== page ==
Mobile Home Lemon Law
Mobile Home Lemon Laws
Did you know that you could have grounds for legal recourse if you recently purchased or leased a mobile home or motor home that you believe is defective? Federal and state laws protect consumers who purchase expensive items such as appliances and vehicles, and then discover that they are defective or require unreasonable repairs.
When Do You Have a Breach-of-Warranty Case?
If numerous repair attempts have been made to address the problems with your mobile home but these have been unsuccessful, you could be eligible to take legal action. The purchase of a mobile home constitutes one of the biggest investments that most consumers will make during their lifetime, but discovering that defects prevent you from being able to use it goes beyond the frustration of your original purchase — you have limited options to rent or sell that asset, as well.
If you have purchased a defective motor home or mobile home, you are not alone. Thousands of such vehicles each year turn out to be defective. One of the only ways to pursue recourse as a consumer is to explore your options under state and federal laws for consumers who have bought lemons. These can offer a remedy that keeps you from losing your investment. Every state has its own version of lemon laws, which may or may not exclude mobile homes.
Individual review of your state’s laws will give you a roadmap for the next steps for your breach-of-warranty claim, but consulting with an experienced attorney is the best way to determine your eligibility.
Filing a Claim Under the Federal Lemon Law
Even in the event that the lemon law in your state totally or partially excludes motor homes from claims, this does not mean you are barred from bringing any litigation. You might be able to pursue a legal claim under the federal Magnuson-Moss Warranty Act.
This law is distinct from state regulations and helps provide financial support to those consumers who are stuck with defective vehicles and have been unable to obtain appropriate recourse and repairs.
Under Magnuson-Moss, the warranty provided by the manufacturer of your mobile home should lay out the manufacturer's responsibilities. Typically, this permits two or three attempts at adequate repairs addressing a particular defect. The reasonableness requirement in nationwide lemon law applies to the entirety of the mobile home, not just each individual defect. This means that a vehicle that has multiple problems could be covered under the federal law even if it was not covered under state law due to insufficient repair attempts for a single problem.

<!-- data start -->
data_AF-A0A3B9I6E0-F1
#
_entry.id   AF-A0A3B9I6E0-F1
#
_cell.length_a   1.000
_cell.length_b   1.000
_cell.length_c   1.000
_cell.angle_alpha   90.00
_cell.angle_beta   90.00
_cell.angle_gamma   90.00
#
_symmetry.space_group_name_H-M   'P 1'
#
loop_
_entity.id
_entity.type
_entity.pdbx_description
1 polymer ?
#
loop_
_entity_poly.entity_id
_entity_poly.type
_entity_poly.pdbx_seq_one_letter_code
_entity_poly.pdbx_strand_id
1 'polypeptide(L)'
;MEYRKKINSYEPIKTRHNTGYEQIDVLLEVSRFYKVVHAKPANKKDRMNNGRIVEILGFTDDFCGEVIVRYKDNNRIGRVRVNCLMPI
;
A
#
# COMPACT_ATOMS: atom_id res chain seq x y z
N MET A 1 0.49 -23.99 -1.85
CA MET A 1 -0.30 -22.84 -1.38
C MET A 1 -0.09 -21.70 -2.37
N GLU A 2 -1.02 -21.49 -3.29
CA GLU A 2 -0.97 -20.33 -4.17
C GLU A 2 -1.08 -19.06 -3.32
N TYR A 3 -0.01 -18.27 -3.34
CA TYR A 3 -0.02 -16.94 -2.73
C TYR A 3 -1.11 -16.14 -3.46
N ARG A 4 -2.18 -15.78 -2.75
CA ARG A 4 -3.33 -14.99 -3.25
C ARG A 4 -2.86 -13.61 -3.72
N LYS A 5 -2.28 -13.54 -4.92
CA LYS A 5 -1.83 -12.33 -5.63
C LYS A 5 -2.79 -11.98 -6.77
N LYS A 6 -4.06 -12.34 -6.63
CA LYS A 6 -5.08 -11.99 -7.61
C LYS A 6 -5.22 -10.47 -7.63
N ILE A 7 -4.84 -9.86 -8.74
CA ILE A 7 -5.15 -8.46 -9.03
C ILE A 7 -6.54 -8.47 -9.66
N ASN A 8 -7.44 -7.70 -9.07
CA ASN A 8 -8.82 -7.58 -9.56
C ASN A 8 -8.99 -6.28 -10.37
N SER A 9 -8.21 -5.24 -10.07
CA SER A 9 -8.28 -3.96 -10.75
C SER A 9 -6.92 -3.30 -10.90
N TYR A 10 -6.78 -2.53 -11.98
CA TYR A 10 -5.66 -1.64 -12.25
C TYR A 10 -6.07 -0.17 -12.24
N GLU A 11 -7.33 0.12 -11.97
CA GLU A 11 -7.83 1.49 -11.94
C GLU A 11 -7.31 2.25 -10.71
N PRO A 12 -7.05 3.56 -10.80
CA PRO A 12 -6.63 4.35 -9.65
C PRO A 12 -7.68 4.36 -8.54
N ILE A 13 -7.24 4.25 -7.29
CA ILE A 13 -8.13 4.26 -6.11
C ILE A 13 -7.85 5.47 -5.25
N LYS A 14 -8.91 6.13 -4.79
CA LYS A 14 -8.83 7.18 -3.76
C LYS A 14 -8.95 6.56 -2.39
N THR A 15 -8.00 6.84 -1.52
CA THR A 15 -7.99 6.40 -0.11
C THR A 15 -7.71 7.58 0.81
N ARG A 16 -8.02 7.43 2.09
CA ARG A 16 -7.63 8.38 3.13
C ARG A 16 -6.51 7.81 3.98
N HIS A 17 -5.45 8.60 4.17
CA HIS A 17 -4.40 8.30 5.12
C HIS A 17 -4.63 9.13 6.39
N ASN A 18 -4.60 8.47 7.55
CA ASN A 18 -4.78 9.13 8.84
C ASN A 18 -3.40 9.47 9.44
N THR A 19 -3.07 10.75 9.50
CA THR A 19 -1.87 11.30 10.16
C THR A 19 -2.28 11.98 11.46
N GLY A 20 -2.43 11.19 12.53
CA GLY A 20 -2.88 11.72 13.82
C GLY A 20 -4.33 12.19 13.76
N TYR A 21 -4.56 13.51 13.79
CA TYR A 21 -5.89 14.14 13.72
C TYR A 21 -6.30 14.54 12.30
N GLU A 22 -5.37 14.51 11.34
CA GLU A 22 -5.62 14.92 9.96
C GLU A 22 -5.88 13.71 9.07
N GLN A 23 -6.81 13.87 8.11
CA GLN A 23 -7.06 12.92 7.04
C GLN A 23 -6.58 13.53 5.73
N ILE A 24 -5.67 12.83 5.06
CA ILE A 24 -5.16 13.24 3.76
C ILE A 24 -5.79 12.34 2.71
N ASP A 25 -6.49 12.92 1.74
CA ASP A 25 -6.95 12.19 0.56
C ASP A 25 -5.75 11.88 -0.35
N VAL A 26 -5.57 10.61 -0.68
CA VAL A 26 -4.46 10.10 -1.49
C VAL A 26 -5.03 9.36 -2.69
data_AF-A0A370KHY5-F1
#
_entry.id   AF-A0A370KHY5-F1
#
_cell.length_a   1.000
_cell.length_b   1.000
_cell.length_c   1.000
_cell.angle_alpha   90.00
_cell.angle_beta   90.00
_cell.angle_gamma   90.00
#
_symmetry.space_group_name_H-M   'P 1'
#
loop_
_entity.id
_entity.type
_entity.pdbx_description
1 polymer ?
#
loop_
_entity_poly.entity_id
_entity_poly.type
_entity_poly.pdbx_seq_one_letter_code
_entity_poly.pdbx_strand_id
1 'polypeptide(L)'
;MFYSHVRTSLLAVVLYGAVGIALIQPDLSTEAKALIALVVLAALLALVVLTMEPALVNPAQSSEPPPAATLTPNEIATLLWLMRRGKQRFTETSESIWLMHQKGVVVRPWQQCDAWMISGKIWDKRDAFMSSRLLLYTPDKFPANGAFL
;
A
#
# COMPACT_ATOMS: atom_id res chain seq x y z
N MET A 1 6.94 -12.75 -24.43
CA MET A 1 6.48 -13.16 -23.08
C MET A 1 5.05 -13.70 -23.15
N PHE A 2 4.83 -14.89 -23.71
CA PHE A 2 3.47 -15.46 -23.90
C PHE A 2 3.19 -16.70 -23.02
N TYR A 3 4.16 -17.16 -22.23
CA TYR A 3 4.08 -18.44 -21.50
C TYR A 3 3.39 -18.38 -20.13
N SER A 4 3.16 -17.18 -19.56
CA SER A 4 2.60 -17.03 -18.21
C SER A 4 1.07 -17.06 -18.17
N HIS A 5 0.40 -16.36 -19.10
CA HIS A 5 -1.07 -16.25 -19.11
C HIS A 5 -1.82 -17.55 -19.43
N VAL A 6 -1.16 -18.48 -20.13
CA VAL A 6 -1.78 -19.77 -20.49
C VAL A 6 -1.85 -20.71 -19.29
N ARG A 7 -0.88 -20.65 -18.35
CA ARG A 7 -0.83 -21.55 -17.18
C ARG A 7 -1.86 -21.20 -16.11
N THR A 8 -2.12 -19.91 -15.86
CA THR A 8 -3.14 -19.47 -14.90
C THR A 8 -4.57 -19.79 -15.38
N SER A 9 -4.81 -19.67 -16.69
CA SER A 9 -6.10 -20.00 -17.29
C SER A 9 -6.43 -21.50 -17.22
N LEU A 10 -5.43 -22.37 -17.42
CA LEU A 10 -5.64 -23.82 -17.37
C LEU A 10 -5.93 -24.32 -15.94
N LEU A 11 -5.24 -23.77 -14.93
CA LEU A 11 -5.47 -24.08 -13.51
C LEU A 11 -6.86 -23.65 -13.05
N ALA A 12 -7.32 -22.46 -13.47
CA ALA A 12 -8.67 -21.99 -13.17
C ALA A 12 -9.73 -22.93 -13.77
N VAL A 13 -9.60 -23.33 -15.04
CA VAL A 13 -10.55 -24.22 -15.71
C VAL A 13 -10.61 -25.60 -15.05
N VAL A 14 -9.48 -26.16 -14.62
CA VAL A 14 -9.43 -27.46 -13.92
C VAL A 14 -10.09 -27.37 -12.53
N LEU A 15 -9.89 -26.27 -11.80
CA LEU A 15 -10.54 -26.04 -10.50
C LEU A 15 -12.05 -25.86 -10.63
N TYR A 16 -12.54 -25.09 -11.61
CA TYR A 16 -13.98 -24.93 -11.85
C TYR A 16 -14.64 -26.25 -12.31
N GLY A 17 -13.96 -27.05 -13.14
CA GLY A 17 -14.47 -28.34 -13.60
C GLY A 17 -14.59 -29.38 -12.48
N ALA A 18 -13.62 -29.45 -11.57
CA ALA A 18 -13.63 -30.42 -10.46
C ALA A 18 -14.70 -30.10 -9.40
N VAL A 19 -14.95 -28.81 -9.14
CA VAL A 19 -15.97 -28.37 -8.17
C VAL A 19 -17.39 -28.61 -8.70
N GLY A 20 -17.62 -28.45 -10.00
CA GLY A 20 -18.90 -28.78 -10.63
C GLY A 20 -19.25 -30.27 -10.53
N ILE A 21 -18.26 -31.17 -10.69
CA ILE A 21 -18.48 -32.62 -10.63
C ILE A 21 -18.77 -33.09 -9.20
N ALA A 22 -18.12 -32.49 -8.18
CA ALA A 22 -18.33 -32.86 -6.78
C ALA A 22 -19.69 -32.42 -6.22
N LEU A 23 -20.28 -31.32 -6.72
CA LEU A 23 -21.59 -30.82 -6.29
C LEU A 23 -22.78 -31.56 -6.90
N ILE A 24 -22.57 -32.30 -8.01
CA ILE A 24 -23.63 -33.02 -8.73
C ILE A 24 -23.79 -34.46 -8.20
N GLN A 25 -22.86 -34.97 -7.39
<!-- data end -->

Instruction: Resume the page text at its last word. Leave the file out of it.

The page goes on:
This federal law allows consumers an alternative if they do not qualify for a replacement vehicle, reimbursement of the purchase price, or a settlement under state lemon laws. Magnuson-Moss also accommodates used-vehicle claims, incorporates more vehicles, and allows for different damages.
Hiring a Lawyer to Help With a Warranty Suit
Understanding the number of repairs required to trigger the “lemon” definition is critical. As a consumer, you should not have to go through this situation on your own. If you have already attempted to navigate this process and have been unsuccessful, an experienced lemon law lawyer can help you pursue the options as they relate to your mobile home. They will help you understand the next steps you need to take to protect yourself and get the mobile home repaired or replaced.
Magnuson-Moss Requires the Manufacturer to Pay for Your Case
The fee-shifting provision of the Magnuson-Moss Warranty Act requires the manufacturer to cover reasonable attorneys’ fees if the plaintiff wins their case. As a result, our attorneys at Morgan & Morgan will work with you for free; our fee comes from the manufacturer if we win your case. Fill out a free case evaluation today.
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